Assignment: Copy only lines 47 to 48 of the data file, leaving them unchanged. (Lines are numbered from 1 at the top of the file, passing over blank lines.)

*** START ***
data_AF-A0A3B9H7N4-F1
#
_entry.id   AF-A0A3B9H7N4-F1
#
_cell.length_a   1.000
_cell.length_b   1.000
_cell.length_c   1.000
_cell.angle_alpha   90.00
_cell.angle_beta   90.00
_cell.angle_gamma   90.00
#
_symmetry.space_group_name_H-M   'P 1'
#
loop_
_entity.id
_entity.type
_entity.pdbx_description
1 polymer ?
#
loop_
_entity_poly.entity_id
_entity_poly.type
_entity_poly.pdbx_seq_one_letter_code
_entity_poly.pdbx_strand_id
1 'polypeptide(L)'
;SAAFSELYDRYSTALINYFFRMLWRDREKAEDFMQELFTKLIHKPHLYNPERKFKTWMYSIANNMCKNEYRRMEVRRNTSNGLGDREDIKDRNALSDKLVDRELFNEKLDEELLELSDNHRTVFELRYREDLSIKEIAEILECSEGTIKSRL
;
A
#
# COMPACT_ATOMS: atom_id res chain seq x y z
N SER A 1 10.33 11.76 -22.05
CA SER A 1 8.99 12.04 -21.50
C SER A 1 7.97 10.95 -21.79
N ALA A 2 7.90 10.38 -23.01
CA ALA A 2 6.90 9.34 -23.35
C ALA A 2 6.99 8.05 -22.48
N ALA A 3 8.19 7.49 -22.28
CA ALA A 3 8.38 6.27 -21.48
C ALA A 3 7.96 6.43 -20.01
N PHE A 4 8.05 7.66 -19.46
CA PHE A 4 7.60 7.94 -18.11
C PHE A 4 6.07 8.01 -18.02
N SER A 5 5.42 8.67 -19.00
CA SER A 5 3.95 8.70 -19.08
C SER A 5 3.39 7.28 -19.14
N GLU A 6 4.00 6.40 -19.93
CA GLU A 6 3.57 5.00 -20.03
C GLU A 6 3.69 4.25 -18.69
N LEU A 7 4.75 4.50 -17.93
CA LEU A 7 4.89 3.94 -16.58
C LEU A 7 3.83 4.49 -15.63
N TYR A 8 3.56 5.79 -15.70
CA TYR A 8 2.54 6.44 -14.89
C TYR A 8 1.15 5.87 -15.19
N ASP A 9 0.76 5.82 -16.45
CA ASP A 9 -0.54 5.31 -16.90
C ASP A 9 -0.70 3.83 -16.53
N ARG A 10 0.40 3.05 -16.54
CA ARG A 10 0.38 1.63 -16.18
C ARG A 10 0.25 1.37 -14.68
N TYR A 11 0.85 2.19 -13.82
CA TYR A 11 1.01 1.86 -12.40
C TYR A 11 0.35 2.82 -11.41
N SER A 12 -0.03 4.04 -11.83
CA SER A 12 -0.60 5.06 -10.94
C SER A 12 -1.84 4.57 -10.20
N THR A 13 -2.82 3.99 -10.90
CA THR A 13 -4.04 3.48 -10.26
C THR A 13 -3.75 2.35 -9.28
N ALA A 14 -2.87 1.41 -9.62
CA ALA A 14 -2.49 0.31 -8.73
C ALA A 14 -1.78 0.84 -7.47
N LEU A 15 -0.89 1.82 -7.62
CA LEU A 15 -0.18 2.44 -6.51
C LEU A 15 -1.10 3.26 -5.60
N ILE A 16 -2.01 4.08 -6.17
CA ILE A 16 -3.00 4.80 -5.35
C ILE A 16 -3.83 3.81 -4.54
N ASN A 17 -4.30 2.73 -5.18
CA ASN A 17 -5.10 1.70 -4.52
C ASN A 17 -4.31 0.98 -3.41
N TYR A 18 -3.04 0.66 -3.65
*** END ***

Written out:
CA GLU A 6 3.57 5.00 -20.03
C GLU A 6 3.69 4.25 -18.69